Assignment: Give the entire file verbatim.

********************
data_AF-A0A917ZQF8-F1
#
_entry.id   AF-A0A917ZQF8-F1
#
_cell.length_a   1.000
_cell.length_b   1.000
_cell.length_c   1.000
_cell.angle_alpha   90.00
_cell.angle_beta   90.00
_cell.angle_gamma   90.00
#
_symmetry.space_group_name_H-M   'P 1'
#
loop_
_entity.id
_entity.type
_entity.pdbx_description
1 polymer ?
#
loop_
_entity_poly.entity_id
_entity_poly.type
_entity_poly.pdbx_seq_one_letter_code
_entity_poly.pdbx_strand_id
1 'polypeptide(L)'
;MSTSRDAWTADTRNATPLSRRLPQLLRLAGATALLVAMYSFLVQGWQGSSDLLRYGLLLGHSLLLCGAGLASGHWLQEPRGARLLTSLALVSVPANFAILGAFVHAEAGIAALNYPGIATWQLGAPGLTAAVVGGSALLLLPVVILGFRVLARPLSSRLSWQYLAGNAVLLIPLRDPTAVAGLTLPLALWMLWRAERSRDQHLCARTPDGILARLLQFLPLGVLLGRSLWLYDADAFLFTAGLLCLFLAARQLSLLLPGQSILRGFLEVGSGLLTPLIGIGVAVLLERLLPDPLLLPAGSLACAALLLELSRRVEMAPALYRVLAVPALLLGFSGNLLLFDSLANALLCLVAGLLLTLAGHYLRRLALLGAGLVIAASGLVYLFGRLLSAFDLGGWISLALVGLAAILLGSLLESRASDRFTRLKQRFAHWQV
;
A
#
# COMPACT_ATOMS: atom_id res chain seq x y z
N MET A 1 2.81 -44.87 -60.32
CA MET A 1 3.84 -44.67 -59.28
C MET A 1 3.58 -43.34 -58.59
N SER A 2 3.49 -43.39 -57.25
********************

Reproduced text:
data_AF-A0A917ZQF8-F1
#
_entry.id   AF-A0A917ZQF8-F1
#
_cell.length_a   1.000
_cell.length_b   1.000
_cell.length_c   1.000
_cell.angle_alpha   90.00
_cell.angle_beta   90.00
_cell.angle_gamma   90.00
#
_symmetry.space_group_name_H-M   'P 1'
#
loop_
_entity.id
_entity.type
_entity.pdbx_description
1 polymer ?
#
loop_
_entity_poly.entity_id
_entity_poly.type
_entity_poly.pdbx_seq_one_letter_code
_entity_poly.pdbx_strand_id
1 'polypeptide(L)'
;MSTSRDAWTADTRNATPLSRRLPQLLRLAGATALLVAMYSFLVQGWQGSSDLLRYGLLLGHSLLLCGAGLASGHWLQEPRGARLLTSLALVSVPANFAILGAFVHAEAGIAALNYPGIATWQLGAPGLTAAVVGGSALLLLPVVILGFRVLARPLSSRLSWQYLAGNAVLLIPLRDPTAVAGLTLPLALWMLWRAERSRDQHLCARTPDGILARLLQFLPLGVLLGRSLWLYDADAFLFTAGLLCLFLAARQLSLLLPGQSILRGFLEVGSGLLTPLIGIGVAVLLERLLPDPLLLPAGSLACAALLLELSRRVEMAPALYRVLAVPALLLGFSGNLLLFDSLANALLCLVAGLLLTLAGHYLRRLALLGAGLVIAASGLVYLFGRLLSAFDLGGWISLALVGLAAILLGSLLESRASDRFTRLKQRFAHWQV
;
A
#
# COMPACT_ATOMS: atom_id res chain seq x y z
N MET A 1 2.81 -44.87 -60.32
CA MET A 1 3.84 -44.67 -59.28
C MET A 1 3.58 -43.34 -58.59
N SER A 2 3.49 -43.39 -57.25